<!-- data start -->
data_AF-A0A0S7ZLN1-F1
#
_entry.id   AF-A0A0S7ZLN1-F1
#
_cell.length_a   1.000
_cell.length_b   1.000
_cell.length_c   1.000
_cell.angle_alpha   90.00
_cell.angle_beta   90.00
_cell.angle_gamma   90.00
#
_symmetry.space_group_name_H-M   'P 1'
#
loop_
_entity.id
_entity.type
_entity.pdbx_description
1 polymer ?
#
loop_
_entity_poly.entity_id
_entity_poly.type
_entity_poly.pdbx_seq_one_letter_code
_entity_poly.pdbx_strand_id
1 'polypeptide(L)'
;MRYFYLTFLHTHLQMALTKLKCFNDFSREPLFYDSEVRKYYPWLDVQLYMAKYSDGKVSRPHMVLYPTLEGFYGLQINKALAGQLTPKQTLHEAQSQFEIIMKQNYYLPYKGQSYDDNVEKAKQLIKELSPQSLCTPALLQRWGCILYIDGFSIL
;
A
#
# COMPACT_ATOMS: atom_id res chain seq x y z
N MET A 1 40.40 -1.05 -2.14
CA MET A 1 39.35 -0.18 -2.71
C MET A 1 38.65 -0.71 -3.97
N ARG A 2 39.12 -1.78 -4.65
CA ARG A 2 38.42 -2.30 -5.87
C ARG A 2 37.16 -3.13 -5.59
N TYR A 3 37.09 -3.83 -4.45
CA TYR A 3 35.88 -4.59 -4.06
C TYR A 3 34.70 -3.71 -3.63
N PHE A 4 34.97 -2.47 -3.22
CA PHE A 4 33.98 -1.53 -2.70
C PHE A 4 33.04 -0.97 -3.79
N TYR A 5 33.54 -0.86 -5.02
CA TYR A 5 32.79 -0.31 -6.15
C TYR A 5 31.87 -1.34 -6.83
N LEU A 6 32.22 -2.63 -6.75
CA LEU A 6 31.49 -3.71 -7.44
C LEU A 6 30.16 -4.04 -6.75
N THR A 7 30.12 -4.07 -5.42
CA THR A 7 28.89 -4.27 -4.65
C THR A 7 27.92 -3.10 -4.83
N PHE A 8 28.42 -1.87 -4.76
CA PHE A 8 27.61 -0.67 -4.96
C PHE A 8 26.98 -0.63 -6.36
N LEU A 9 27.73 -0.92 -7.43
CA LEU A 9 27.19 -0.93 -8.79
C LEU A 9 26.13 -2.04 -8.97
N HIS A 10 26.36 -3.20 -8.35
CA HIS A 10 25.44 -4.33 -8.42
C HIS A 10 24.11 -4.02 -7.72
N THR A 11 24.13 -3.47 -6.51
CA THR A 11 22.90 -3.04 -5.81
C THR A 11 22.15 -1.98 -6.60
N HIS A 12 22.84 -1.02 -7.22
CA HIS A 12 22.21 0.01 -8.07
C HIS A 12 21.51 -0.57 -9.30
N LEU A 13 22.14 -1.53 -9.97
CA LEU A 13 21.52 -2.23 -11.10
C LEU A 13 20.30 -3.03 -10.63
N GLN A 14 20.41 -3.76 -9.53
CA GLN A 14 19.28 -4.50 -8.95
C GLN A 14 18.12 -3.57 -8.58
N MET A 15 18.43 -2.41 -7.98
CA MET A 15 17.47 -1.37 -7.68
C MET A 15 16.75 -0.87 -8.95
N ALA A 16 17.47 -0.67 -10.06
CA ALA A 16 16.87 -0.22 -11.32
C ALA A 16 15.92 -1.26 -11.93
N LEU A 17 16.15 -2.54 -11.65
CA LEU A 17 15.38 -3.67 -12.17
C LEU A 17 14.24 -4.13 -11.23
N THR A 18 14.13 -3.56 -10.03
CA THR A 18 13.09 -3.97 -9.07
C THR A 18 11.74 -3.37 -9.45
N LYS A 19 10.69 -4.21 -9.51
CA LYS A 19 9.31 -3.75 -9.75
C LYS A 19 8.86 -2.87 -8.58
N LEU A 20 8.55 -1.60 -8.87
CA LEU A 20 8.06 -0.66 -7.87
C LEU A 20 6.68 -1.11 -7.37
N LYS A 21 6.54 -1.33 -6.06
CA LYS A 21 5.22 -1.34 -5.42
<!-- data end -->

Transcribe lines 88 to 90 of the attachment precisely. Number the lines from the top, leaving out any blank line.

N LEU A 20 8.55 -1.60 -8.87
CA LEU A 20 8.06 -0.66 -7.87
C LEU A 20 6.68 -1.11 -7.37